As with many of nature’s predators, hunters often become the hunted. The mantis’ natural enemies include birds, bats, spiders, snakes, and lizards. With so many enemies to worry about, perhaps praying mantids actually are saying their prayers!

Learn More

Find out about other fascinating and beneficial insects like fireflies and dragonflies.

Live Praying Mantis Egg Cases – Garden Protector

Order Live Praying Mantis Eggs Online:

Live Praying Mantis Eggs are now available at Green Thumb Nursery for online order!

Praying Mantis are one of the most aggressive predators in the garden. Mantis will prey on almost any insect they can overpower. They are one of the best protectors in the garden and can be one of the most helpful beneficial insects available.

Product information:

Each Live Praying Mantis egg case will hatch out 50-200 mantises. When hatching, the young crawl from between tiny flaps in the egg case and hang from silken threads about 2 inches below the case. After drying out the young will disperse. This happens within an hour or two and it is very difficult to know if hatching has occurred unless the elusive and well camouflaged young are found.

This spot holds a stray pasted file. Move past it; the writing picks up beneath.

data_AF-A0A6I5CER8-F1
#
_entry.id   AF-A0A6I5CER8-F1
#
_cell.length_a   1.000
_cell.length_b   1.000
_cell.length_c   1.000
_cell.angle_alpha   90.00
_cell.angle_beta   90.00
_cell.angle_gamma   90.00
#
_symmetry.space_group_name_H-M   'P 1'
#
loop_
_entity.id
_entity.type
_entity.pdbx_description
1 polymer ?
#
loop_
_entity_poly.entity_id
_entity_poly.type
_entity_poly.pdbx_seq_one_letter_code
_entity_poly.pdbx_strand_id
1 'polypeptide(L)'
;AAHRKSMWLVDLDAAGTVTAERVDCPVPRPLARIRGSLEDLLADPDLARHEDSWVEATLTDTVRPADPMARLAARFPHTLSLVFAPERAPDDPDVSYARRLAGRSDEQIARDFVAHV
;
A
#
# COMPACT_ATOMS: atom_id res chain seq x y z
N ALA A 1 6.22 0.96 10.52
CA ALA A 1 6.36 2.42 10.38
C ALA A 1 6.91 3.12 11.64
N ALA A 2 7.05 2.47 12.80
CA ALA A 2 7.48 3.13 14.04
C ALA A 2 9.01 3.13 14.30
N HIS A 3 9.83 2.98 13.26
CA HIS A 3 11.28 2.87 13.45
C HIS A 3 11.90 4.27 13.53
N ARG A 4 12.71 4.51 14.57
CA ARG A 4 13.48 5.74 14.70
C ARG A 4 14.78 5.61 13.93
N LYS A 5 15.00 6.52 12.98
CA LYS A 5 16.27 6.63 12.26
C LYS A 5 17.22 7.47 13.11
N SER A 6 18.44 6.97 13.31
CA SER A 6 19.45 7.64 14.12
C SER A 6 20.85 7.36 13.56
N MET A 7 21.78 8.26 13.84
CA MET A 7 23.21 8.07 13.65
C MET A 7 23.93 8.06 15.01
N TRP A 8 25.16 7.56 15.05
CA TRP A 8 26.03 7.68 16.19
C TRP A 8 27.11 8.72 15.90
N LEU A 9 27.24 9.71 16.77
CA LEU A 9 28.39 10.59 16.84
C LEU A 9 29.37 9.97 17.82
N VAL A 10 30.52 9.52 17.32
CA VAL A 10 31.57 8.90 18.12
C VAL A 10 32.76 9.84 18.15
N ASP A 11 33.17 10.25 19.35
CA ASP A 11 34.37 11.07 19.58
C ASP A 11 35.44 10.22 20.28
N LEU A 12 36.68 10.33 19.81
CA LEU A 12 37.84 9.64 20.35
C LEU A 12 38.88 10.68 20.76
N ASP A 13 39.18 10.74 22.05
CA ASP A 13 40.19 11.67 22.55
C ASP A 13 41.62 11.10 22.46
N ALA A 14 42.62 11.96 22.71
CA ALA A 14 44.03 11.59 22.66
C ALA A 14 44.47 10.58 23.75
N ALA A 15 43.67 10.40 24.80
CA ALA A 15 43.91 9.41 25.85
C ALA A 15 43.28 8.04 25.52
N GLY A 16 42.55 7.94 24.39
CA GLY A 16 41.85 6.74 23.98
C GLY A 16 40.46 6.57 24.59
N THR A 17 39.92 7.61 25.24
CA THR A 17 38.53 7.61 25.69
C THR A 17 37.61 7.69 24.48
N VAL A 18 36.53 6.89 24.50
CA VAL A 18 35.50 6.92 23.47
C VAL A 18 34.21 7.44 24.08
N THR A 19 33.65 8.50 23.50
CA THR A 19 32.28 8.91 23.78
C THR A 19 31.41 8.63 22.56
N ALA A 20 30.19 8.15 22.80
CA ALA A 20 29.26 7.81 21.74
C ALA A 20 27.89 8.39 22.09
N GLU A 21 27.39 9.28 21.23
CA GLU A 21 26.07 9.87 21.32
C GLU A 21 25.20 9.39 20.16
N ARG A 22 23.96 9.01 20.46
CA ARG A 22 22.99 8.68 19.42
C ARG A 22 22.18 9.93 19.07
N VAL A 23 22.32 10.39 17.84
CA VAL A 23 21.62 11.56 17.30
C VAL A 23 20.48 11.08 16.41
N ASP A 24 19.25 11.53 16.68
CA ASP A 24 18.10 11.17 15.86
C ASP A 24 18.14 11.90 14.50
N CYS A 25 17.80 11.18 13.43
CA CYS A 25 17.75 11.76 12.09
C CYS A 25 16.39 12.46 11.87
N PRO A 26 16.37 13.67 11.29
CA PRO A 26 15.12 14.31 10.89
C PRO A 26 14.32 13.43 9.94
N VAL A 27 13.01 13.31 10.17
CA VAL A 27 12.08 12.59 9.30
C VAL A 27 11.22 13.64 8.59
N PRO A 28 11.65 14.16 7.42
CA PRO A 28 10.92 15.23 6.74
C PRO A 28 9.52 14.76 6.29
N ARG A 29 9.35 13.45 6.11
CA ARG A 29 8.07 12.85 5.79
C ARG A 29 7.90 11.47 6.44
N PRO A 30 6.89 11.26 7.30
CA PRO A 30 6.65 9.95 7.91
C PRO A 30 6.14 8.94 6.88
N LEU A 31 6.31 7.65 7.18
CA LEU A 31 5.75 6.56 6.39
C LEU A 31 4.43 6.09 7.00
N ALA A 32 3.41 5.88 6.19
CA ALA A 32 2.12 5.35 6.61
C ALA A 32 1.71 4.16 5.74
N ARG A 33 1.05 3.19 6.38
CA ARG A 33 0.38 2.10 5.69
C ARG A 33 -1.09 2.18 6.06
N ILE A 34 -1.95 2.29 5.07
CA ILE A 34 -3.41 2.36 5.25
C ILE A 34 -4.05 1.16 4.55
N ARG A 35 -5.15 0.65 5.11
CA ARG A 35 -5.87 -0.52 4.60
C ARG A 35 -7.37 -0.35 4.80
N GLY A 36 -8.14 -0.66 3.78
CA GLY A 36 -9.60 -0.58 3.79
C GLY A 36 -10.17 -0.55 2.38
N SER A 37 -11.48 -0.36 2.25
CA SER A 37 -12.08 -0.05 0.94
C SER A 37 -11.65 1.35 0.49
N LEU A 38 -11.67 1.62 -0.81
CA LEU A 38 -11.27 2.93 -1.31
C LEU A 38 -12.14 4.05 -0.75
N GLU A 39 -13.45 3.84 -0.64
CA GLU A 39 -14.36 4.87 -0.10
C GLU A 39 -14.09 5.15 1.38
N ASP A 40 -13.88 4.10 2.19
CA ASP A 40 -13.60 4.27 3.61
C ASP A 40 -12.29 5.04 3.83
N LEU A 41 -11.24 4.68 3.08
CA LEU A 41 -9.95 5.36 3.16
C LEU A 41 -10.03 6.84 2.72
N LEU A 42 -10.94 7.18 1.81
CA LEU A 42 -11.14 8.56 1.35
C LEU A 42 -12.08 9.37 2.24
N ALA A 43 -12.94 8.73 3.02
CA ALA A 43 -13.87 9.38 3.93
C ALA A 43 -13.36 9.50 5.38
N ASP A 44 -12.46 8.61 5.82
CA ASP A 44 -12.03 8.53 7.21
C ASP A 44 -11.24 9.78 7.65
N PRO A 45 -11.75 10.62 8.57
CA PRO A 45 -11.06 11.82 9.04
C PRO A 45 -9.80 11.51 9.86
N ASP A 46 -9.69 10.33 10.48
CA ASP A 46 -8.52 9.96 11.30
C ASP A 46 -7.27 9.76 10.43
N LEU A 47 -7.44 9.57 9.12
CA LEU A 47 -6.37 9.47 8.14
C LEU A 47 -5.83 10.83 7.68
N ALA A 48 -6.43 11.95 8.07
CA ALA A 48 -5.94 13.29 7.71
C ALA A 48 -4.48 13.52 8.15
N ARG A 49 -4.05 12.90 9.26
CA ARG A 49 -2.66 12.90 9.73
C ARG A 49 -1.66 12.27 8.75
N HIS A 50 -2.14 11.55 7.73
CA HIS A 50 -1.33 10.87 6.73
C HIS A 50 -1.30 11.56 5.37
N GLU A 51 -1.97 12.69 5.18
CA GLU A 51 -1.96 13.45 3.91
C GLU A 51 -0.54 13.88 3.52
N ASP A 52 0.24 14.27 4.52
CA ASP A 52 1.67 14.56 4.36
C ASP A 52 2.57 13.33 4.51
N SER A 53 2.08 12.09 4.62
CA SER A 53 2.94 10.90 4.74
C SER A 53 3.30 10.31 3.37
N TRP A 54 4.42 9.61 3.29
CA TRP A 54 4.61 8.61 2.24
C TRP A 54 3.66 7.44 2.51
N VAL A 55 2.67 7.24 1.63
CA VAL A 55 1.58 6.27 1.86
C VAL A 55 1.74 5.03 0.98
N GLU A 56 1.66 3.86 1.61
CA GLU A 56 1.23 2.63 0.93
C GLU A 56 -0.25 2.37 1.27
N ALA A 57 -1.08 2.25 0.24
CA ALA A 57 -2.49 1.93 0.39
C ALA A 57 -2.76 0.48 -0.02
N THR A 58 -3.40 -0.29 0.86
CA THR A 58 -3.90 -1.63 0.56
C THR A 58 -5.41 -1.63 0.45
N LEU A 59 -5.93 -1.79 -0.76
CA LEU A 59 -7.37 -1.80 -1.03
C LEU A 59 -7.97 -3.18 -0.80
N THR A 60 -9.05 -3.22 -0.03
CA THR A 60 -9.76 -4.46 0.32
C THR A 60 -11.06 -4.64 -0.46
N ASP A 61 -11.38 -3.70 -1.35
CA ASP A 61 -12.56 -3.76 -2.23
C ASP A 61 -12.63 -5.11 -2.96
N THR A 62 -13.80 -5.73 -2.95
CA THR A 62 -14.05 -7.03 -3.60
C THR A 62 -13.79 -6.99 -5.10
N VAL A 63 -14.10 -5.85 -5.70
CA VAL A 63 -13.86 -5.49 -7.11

Release Rates:

Attach the egg cases to a twig or plant. 2 egg cases per 3,000 sq. ft. To monitor hatching of the egg case place the egg cases in a paper bag and fold the top. Place the bag in a warm room and out of direct sun light. Periodically open the bag and check to see if hatching has occurred. If hatching has occurred take out and release the young. Sometimes hatching can take up to eight weeks.

Strategic Considerations:

Pesticides and even wetting agents and spreader-stickers may adversely affect mantid’s survival. Broad spectrum and systemic insecticides are toxic to praying mantids.